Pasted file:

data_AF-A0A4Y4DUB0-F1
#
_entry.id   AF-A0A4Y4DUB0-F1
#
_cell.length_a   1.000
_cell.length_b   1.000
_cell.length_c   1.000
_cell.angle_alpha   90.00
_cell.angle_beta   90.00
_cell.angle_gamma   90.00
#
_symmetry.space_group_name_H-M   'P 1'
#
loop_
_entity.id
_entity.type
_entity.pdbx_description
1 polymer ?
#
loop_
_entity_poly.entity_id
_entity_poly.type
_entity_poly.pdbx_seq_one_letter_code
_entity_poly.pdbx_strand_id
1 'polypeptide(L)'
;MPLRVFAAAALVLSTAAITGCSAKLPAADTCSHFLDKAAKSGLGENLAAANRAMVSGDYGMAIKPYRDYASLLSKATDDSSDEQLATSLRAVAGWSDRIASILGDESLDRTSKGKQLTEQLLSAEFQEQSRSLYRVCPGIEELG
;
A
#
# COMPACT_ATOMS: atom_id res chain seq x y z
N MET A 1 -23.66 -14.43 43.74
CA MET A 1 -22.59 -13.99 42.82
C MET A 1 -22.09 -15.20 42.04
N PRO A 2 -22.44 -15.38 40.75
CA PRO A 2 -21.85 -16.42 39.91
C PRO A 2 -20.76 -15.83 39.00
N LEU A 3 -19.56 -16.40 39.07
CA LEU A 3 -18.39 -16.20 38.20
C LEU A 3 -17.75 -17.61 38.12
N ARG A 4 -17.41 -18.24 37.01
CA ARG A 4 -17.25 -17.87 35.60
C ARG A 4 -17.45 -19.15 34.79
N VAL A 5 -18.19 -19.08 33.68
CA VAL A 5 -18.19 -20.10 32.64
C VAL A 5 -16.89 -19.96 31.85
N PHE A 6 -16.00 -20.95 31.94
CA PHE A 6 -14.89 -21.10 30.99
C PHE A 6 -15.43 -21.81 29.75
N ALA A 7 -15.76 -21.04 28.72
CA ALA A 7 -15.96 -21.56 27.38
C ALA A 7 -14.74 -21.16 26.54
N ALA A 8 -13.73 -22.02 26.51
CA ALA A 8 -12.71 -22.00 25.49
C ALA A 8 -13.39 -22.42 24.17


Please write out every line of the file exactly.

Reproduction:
data_AF-A0A4Y4DUB0-F1
#
_entry.id   AF-A0A4Y4DUB0-F1
#
_cell.length_a   1.000
_cell.length_b   1.000
_cell.length_c   1.000
_cell.angle_alpha   90.00
_cell.angle_beta   90.00
_cell.angle_gamma   90.00
#
_symmetry.space_group_name_H-M   'P 1'
#
loop_
_entity.id
_entity.type
_entity.pdbx_description
1 polymer ?
#
loop_
_entity_poly.entity_id
_entity_poly.type
_entity_poly.pdbx_seq_one_letter_code
_entity_poly.pdbx_strand_id
1 'polypeptide(L)'
;MPLRVFAAAALVLSTAAITGCSAKLPAADTCSHFLDKAAKSGLGENLAAANRAMVSGDYGMAIKPYRDYASLLSKATDDSSDEQLATSLRAVAGWSDRIASILGDESLDRTSKGKQLTEQLLSAEFQEQSRSLYRVCPGIEELG
;
A
#
# COMPACT_ATOMS: atom_id res chain seq x y z
N MET A 1 -23.66 -14.43 43.74
CA MET A 1 -22.59 -13.99 42.82
C MET A 1 -22.09 -15.20 42.04
N PRO A 2 -22.44 -15.38 40.75
CA PRO A 2 -21.85 -16.42 39.91
C PRO A 2 -20.76 -15.83 39.00
N LEU A 3 -19.56 -16.40 39.07
CA LEU A 3 -18.39 -16.20 38.20
C LEU A 3 -17.75 -17.61 38.12
N ARG A 4 -17.41 -18.24 37.01
CA ARG A 4 -17.25 -17.87 35.60
C ARG A 4 -17.45 -19.15 34.79
N VAL A 5 -18.19 -19.08 33.68
CA VAL A 5 -18.19 -20.10 32.64
C VAL A 5 -16.89 -19.96 31.85
N PHE A 6 -16.00 -20.95 31.94
CA PHE A 6 -14.89 -21.10 30.99
C PHE A 6 -15.43 -21.81 29.75
N ALA A 7 -15.76 -21.04 28.72
CA ALA A 7 -15.96 -21.56 27.38
C ALA A 7 -14.74 -21.16 26.54
N ALA A 8 -13.73 -22.02 26.51
CA ALA A 8 -12.71 -22.00 25.49
C ALA A 8 -13.39 -22.42 24.17